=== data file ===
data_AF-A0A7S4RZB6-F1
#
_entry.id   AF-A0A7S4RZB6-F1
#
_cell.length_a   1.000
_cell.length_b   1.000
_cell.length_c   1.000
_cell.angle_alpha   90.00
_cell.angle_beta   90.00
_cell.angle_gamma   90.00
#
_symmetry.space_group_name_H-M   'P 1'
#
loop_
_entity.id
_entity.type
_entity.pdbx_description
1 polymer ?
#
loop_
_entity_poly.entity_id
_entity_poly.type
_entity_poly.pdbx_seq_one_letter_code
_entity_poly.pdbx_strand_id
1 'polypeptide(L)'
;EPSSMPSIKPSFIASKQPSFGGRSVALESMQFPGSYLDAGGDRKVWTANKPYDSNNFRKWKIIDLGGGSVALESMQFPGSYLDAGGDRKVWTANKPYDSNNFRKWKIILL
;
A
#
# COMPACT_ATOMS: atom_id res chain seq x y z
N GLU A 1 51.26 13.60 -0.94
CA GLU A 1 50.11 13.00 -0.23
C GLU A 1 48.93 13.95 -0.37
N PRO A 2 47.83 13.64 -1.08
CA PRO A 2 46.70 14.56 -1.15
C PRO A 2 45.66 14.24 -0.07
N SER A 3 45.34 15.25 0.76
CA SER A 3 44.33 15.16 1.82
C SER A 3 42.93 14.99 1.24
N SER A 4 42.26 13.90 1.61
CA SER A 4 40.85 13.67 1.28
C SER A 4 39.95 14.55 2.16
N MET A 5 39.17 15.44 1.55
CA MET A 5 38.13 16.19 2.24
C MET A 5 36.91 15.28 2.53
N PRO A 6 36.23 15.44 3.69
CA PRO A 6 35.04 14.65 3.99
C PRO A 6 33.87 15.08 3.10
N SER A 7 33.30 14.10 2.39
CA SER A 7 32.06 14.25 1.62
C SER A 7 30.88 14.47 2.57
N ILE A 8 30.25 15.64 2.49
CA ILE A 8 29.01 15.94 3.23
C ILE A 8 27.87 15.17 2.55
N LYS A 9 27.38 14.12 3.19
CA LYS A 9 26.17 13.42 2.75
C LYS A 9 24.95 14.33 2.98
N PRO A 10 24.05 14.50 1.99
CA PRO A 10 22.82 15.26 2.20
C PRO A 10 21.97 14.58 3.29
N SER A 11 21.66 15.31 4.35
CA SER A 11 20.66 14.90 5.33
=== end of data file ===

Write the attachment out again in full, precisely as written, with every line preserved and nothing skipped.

data_AF-A0A7S4RZB6-F1
#
_entry.id   AF-A0A7S4RZB6-F1
#
_cell.length_a   1.000
_cell.length_b   1.000
_cell.length_c   1.000
_cell.angle_alpha   90.00
_cell.angle_beta   90.00
_cell.angle_gamma   90.00
#
_symmetry.space_group_name_H-M   'P 1'
#
loop_
_entity.id
_entity.type
_entity.pdbx_description
1 polymer ?
#
loop_
_entity_poly.entity_id
_entity_poly.type
_entity_poly.pdbx_seq_one_letter_code
_entity_poly.pdbx_strand_id
1 'polypeptide(L)'
;EPSSMPSIKPSFIASKQPSFGGRSVALESMQFPGSYLDAGGDRKVWTANKPYDSNNFRKWKIIDLGGGSVALESMQFPGSYLDAGGDRKVWTANKPYDSNNFRKWKIILL
;
A
#
# COMPACT_ATOMS: atom_id res chain seq x y z
N GLU A 1 51.26 13.60 -0.94
CA GLU A 1 50.11 13.00 -0.23
C GLU A 1 48.93 13.95 -0.37
N PRO A 2 47.83 13.64 -1.08
CA PRO A 2 46.70 14.56 -1.15
C PRO A 2 45.66 14.24 -0.07
N SER A 3 45.34 15.25 0.76
CA SER A 3 44.33 15.16 1.82
C SER A 3 42.93 14.99 1.24
N SER A 4 42.26 13.90 1.61
CA SER A 4 40.85 13.67 1.28
C SER A 4 39.95 14.55 2.16
N MET A 5 39.17 15.44 1.55
CA MET A 5 38.13 16.19 2.24
C MET A 5 36.91 15.28 2.53
N PRO A 6 36.23 15.44 3.69
CA PRO A 6 35.04 14.65 3.99
C PRO A 6 33.87 15.08 3.10
N SER A 7 33.30 14.10 2.39
CA SER A 7 32.06 14.25 1.62
C SER A 7 30.88 14.47 2.57
N ILE A 8 30.25 15.64 2.49
CA ILE A 8 29.01 15.94 3.23
C ILE A 8 27.87 15.17 2.55
N LYS A 9 27.38 14.12 3.19
CA LYS A 9 26.17 13.42 2.75
C LYS A 9 24.95 14.33 2.98
N PRO A 10 24.05 14.50 1.99
CA PRO A 10 22.82 15.26 2.20
C PRO A 10 21.97 14.58 3.29
N SER A 11 21.66 15.31 4.35
CA SER A 11 20.66 14.90 5.33